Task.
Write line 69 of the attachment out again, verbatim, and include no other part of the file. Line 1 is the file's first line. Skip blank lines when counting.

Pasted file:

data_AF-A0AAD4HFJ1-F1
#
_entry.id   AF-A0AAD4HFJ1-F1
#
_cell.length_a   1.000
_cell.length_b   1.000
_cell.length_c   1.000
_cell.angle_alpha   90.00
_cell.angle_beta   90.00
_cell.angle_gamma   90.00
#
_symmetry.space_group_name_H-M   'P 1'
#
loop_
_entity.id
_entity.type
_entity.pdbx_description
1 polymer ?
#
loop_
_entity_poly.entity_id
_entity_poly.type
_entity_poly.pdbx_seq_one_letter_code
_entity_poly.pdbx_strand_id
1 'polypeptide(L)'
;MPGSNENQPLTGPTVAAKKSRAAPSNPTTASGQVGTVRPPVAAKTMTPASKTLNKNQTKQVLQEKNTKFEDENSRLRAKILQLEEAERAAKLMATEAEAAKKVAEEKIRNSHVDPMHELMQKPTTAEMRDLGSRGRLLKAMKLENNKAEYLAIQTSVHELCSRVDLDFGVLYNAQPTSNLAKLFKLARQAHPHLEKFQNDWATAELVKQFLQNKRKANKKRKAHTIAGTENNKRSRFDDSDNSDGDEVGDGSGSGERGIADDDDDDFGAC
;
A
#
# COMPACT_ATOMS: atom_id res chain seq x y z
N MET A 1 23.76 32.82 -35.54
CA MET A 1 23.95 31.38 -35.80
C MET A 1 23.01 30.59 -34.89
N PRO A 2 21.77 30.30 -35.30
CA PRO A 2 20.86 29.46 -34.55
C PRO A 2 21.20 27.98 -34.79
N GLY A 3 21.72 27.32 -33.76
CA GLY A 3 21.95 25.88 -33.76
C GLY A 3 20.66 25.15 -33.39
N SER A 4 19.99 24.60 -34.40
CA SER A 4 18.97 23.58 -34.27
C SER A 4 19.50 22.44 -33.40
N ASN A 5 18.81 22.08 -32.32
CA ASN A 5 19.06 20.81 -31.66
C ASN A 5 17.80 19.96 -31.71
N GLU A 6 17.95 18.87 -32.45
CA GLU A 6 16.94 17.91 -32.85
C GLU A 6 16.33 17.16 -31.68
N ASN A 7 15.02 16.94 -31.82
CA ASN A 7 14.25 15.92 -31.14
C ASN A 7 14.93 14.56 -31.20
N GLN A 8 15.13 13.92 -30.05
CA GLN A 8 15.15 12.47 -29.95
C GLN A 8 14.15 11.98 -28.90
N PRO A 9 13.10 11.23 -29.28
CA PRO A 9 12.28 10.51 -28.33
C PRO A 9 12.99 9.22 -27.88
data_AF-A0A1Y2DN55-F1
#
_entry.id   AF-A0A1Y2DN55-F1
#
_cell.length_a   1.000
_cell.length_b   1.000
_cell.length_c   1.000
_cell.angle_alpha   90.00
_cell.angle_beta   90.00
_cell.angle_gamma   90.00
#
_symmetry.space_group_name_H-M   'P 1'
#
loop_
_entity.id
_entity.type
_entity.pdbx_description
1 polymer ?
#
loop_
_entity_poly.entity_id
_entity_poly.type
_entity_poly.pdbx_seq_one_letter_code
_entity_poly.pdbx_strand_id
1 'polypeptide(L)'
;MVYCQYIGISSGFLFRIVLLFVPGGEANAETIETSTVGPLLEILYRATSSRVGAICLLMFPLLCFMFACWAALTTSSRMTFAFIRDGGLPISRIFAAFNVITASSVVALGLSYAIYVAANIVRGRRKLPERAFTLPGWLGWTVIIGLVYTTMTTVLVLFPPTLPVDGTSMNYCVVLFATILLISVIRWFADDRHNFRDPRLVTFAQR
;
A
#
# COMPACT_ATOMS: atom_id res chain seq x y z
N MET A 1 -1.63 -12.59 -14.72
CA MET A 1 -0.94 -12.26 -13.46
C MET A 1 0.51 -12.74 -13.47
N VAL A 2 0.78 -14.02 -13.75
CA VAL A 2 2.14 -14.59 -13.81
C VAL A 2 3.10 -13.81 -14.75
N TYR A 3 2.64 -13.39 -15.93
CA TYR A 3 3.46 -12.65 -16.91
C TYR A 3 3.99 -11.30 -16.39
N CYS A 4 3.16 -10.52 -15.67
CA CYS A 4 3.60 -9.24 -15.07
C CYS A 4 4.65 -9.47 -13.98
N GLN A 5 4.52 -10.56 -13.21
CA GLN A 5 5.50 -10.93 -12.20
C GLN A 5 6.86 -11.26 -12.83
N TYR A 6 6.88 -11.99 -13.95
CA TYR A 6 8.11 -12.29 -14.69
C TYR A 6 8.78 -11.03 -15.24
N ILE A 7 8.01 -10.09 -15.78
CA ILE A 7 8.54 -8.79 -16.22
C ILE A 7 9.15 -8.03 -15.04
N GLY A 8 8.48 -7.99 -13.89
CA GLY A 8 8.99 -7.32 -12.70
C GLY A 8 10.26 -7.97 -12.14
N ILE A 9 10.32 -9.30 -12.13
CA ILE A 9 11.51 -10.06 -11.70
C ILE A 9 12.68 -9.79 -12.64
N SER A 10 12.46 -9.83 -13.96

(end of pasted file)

_symmetry.space_group_name_H-M   'P 1'